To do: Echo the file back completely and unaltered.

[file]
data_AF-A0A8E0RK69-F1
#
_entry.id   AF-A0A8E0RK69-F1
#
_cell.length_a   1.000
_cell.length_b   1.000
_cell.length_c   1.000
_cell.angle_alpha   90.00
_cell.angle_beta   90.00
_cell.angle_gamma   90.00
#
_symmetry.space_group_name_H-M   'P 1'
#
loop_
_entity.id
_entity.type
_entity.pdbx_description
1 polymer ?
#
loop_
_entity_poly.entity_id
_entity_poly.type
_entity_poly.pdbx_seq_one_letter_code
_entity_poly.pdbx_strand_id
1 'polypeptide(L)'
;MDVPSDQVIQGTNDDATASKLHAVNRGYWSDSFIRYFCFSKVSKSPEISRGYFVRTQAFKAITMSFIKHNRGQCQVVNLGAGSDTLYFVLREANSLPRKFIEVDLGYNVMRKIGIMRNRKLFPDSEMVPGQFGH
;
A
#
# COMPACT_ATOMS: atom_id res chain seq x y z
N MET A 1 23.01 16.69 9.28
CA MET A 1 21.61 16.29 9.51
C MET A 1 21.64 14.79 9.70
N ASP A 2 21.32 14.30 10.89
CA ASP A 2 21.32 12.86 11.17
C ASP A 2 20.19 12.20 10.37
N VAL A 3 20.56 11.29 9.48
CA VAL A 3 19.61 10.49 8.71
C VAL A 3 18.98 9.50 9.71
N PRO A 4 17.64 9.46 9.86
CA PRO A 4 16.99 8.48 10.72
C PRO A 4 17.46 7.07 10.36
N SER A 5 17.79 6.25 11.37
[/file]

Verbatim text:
data_AF-A0A8E0RK69-F1
#
_entry.id   AF-A0A8E0RK69-F1
#
_cell.length_a   1.000
_cell.length_b   1.000
_cell.length_c   1.000
_cell.angle_alpha   90.00
_cell.angle_beta   90.00
_cell.angle_gamma   90.00
#
_symmetry.space_group_name_H-M   'P 1'
#
loop_
_entity.id
_entity.type
_entity.pdbx_description
1 polymer ?
#
loop_
_entity_poly.entity_id
_entity_poly.type
_entity_poly.pdbx_seq_one_letter_code
_entity_poly.pdbx_strand_id
1 'polypeptide(L)'
;MDVPSDQVIQGTNDDATASKLHAVNRGYWSDSFIRYFCFSKVSKSPEISRGYFVRTQAFKAITMSFIKHNRGQCQVVNLGAGSDTLYFVLREANSLPRKFIEVDLGYNVMRKIGIMRNRKLFPDSEMVPGQFGH
;
A
#
# COMPACT_ATOMS: atom_id res chain seq x y z
N MET A 1 23.01 16.69 9.28
CA MET A 1 21.61 16.29 9.51
C MET A 1 21.64 14.79 9.70
N ASP A 2 21.32 14.30 10.89
CA ASP A 2 21.32 12.86 11.17
C ASP A 2 20.19 12.20 10.37
N VAL A 3 20.56 11.29 9.48
CA VAL A 3 19.61 10.49 8.71
C VAL A 3 18.98 9.50 9.71
N PRO A 4 17.64 9.46 9.86
CA PRO A 4 16.99 8.48 10.72
C PRO A 4 17.46 7.07 10.36
N SER A 5 17.79 6.25 11.37